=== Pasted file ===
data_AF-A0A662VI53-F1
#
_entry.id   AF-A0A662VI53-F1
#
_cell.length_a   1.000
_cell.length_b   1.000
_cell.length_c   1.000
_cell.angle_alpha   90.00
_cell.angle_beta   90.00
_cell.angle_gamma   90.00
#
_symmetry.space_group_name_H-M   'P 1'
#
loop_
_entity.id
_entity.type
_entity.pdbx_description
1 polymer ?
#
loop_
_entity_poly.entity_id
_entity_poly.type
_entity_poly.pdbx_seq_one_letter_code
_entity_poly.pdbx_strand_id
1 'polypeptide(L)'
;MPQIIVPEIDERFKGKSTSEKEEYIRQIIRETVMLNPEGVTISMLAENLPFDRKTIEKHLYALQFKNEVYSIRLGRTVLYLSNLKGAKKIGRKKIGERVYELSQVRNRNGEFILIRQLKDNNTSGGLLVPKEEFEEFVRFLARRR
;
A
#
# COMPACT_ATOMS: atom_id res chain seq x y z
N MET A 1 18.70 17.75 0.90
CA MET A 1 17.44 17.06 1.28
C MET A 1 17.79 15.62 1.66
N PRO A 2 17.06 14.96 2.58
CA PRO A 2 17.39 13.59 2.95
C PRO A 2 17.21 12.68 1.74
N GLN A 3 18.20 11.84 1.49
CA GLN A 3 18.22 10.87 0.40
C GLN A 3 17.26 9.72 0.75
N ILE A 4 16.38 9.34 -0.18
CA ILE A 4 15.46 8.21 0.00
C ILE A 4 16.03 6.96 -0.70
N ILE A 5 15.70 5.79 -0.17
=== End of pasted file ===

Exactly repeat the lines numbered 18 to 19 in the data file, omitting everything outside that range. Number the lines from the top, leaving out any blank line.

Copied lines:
1 polymer ?
#